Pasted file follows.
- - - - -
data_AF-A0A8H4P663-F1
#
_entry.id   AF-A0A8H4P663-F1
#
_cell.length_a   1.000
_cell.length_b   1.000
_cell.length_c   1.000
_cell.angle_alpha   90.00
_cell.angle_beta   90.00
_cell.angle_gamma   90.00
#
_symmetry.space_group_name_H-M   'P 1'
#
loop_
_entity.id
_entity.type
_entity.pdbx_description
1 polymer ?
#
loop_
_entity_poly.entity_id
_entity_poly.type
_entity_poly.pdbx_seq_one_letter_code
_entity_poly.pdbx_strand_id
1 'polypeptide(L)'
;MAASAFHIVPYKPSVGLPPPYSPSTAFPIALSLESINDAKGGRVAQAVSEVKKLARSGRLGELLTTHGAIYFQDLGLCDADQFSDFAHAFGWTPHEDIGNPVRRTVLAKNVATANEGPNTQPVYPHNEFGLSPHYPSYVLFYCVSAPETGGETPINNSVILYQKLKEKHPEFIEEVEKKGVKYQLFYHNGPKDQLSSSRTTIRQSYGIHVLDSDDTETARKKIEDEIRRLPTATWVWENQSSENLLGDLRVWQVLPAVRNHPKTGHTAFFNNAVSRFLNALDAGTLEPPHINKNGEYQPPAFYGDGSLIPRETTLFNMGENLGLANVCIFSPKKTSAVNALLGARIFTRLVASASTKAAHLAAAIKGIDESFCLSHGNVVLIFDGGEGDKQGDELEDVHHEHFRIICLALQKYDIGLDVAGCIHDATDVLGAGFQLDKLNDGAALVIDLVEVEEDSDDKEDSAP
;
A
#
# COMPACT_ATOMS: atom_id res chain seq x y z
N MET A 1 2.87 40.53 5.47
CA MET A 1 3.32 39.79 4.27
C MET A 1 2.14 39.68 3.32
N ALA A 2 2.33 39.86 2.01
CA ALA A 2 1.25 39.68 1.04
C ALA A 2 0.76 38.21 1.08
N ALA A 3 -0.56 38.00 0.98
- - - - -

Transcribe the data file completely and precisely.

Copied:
data_AF-A0A8H4P663-F1
#
_entry.id   AF-A0A8H4P663-F1
#
_cell.length_a   1.000
_cell.length_b   1.000
_cell.length_c   1.000
_cell.angle_alpha   90.00
_cell.angle_beta   90.00
_cell.angle_gamma   90.00
#
_symmetry.space_group_name_H-M   'P 1'
#
loop_
_entity.id
_entity.type
_entity.pdbx_description
1 polymer ?
#
loop_
_entity_poly.entity_id
_entity_poly.type
_entity_poly.pdbx_seq_one_letter_code
_entity_poly.pdbx_strand_id
1 'polypeptide(L)'
;MAASAFHIVPYKPSVGLPPPYSPSTAFPIALSLESINDAKGGRVAQAVSEVKKLARSGRLGELLTTHGAIYFQDLGLCDADQFSDFAHAFGWTPHEDIGNPVRRTVLAKNVATANEGPNTQPVYPHNEFGLSPHYPSYVLFYCVSAPETGGETPINNSVILYQKLKEKHPEFIEEVEKKGVKYQLFYHNGPKDQLSSSRTTIRQSYGIHVLDSDDTETARKKIEDEIRRLPTATWVWENQSSENLLGDLRVWQVLPAVRNHPKTGHTAFFNNAVSRFLNALDAGTLEPPHINKNGEYQPPAFYGDGSLIPRETTLFNMGENLGLANVCIFSPKKTSAVNALLGARIFTRLVASASTKAAHLAAAIKGIDESFCLSHGNVVLIFDGGEGDKQGDELEDVHHEHFRIICLALQKYDIGLDVAGCIHDATDVLGAGFQLDKLNDGAALVIDLVEVEEDSDDKEDSAP
;
A
#
# COMPACT_ATOMS: atom_id res chain seq x y z
N MET A 1 2.87 40.53 5.47
CA MET A 1 3.32 39.79 4.27
C MET A 1 2.14 39.68 3.32
N ALA A 2 2.33 39.86 2.01
CA ALA A 2 1.25 39.68 1.04
C ALA A 2 0.76 38.21 1.08
N ALA A 3 -0.56 38.00 0.98